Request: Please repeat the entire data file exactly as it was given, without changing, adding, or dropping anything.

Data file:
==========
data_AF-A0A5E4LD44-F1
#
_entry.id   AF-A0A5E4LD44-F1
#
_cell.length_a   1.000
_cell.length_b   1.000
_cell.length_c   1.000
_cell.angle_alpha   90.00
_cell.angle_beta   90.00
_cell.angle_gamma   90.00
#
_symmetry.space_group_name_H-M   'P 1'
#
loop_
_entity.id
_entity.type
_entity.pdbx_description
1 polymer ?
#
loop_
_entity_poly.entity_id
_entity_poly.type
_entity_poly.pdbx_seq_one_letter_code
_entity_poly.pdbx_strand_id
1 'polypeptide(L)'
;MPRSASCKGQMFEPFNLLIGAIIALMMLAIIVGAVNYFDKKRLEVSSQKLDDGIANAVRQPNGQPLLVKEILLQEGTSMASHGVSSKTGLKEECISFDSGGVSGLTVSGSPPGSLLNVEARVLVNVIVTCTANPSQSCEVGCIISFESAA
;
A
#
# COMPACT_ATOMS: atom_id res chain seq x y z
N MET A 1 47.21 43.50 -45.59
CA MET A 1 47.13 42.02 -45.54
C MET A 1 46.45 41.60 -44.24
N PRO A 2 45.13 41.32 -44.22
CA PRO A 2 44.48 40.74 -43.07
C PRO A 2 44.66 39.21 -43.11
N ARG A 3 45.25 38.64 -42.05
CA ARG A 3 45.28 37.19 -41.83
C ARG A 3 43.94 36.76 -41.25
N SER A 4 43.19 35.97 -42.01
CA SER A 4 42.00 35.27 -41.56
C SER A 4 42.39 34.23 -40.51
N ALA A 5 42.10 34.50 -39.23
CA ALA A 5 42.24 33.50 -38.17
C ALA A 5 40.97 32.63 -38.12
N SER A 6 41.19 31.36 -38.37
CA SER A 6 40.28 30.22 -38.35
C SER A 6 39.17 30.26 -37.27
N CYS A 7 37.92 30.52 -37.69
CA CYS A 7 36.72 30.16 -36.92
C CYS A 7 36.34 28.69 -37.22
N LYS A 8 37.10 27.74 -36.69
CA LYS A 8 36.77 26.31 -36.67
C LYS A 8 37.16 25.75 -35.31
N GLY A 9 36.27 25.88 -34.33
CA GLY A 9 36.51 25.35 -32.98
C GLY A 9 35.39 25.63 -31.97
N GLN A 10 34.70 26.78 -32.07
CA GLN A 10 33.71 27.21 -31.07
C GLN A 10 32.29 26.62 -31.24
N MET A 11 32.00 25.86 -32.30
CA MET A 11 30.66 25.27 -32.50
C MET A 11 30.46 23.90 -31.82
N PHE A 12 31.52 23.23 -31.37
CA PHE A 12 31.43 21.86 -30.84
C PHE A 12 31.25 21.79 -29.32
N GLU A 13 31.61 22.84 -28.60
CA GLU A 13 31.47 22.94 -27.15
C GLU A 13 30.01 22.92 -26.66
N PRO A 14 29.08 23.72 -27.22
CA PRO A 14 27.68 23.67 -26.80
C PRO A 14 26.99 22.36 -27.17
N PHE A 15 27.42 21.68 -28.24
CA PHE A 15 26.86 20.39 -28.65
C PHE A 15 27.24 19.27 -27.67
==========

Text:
data_AF-A0A5E4LD44-F1
#
_entry.id   AF-A0A5E4LD44-F1
#
_cell.length_a   1.000
_cell.length_b   1.000
_cell.length_c   1.000
_cell.angle_alpha   90.00
_cell.angle_beta   90.00
_cell.angle_gamma   90.00
#
_symmetry.space_group_name_H-M   'P 1'
#
loop_
_entity.id
_entity.type
_entity.pdbx_description
1 polymer ?
#
loop_
_entity_poly.entity_id
_entity_poly.type
_entity_poly.pdbx_seq_one_letter_code
_entity_poly.pdbx_strand_id
1 'polypeptide(L)'
;MPRSASCKGQMFEPFNLLIGAIIALMMLAIIVGAVNYFDKKRLEVSSQKLDDGIANAVRQPNGQPLLVKEILLQEGTSMASHGVSSKTGLKEECISFDSGGVSGLTVSGSPPGSLLNVEARVLVNVIVTCTANPSQSCEVGCIISFESAA
;
A
#
# COMPACT_ATOMS: atom_id res chain seq x y z
N MET A 1 47.21 43.50 -45.59
CA MET A 1 47.13 42.02 -45.54
C MET A 1 46.45 41.60 -44.24
N PRO A 2 45.13 41.32 -44.22
CA PRO A 2 44.48 40.74 -43.07
C PRO A 2 44.66 39.21 -43.11
N ARG A 3 45.25 38.64 -42.05
CA ARG A 3 45.28 37.19 -41.83
C ARG A 3 43.94 36.76 -41.25
N SER A 4 43.19 35.97 -42.01
CA SER A 4 42.00 35.27 -41.56
C SER A 4 42.39 34.23 -40.51
N ALA A 5 42.10 34.50 -39.23
CA ALA A 5 42.24 33.50 -38.17
C ALA A 5 40.97 32.63 -38.12
N SER A 6 41.19 31.36 -38.37
CA SER A 6 40.28 30.22 -38.35
C SER A 6 39.17 30.26 -37.27
N CYS A 7 37.92 30.52 -37.69
CA CYS A 7 36.72 30.16 -36.92
C CYS A 7 36.34 28.69 -37.22
N LYS A 8 37.10 27.74 -36.69
CA LYS A 8 36.77 26.31 -36.67
C LYS A 8 37.16 25.75 -35.31
N GLY A 9 36.27 25.88 -34.33
CA GLY A 9 36.51 25.35 -32.98
C GLY A 9 35.39 25.63 -31.97
N GLN A 10 34.70 26.78 -32.07
CA GLN A 10 33.71 27.21 -31.07
C GLN A 10 32.29 26.62 -31.24
N MET A 11 32.00 25.86 -32.30
CA MET A 11 30.66 25.27 -32.50
C MET A 11 30.46 23.90 -31.82
N PHE A 12 31.52 23.23 -31.37
CA PHE A 12 31.43 21.86 -30.84
C PHE A 12 31.25 21.79 -29.32
N GLU A 13 31.61 22.84 -28.60
CA GLU A 13 31.47 22.94 -27.15
C GLU A 13 30.01 22.92 -26.66
N PRO A 14 29.08 23.72 -27.22
CA PRO A 14 27.68 23.67 -26.80
C PRO A 14 26.99 22.36 -27.17
N PHE A 15 27.42 21.68 -28.24
CA PHE A 15 26.86 20.39 -28.65
C PHE A 15 27.24 19.27 -27.67